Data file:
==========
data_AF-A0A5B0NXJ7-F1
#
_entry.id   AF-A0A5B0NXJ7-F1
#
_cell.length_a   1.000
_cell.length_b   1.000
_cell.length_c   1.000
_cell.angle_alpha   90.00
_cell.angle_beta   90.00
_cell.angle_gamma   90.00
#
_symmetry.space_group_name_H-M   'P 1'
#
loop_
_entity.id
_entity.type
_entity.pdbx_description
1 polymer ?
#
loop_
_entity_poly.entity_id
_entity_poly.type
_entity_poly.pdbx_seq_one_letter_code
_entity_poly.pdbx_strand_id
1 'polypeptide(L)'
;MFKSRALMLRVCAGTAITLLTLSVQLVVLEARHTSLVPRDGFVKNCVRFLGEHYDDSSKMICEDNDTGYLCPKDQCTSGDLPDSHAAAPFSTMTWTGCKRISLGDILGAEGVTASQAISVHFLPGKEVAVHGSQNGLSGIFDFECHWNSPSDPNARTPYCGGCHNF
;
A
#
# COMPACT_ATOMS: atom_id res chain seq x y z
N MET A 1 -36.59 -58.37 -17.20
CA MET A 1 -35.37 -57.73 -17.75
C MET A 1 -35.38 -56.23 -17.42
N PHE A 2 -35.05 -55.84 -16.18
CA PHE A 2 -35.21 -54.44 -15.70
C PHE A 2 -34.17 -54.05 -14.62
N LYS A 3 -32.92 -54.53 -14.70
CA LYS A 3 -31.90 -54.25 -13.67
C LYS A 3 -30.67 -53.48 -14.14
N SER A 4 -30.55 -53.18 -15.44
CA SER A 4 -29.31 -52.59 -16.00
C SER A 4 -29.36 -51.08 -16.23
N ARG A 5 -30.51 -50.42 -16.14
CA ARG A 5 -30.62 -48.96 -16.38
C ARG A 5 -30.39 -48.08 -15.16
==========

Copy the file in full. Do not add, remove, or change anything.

data_AF-A0A5B0NXJ7-F1
#
_entry.id   AF-A0A5B0NXJ7-F1
#
_cell.length_a   1.000
_cell.length_b   1.000
_cell.length_c   1.000
_cell.angle_alpha   90.00
_cell.angle_beta   90.00
_cell.angle_gamma   90.00
#
_symmetry.space_group_name_H-M   'P 1'
#
loop_
_entity.id
_entity.type
_entity.pdbx_description
1 polymer ?
#
loop_
_entity_poly.entity_id
_entity_poly.type
_entity_poly.pdbx_seq_one_letter_code
_entity_poly.pdbx_strand_id
1 'polypeptide(L)'
;MFKSRALMLRVCAGTAITLLTLSVQLVVLEARHTSLVPRDGFVKNCVRFLGEHYDDSSKMICEDNDTGYLCPKDQCTSGDLPDSHAAAPFSTMTWTGCKRISLGDILGAEGVTASQAISVHFLPGKEVAVHGSQNGLSGIFDFECHWNSPSDPNARTPYCGGCHNF
;
A
#
# COMPACT_ATOMS: atom_id res chain seq x y z
N MET A 1 -36.59 -58.37 -17.20
CA MET A 1 -35.37 -57.73 -17.75
C MET A 1 -35.38 -56.23 -17.42
N PHE A 2 -35.05 -55.84 -16.18
CA PHE A 2 -35.21 -54.44 -15.70
C PHE A 2 -34.17 -54.05 -14.62
N LYS A 3 -32.92 -54.53 -14.70
CA LYS A 3 -31.90 -54.25 -13.67
C LYS A 3 -30.67 -53.48 -14.14
N SER A 4 -30.55 -53.18 -15.44
CA SER A 4 -29.31 -52.59 -16.00
C SER A 4 -29.36 -51.08 -16.23
N ARG A 5 -30.51 -50.42 -16.14
CA ARG A 5 -30.62 -48.96 -16.38
C ARG A 5 -30.39 -48.08 -15.16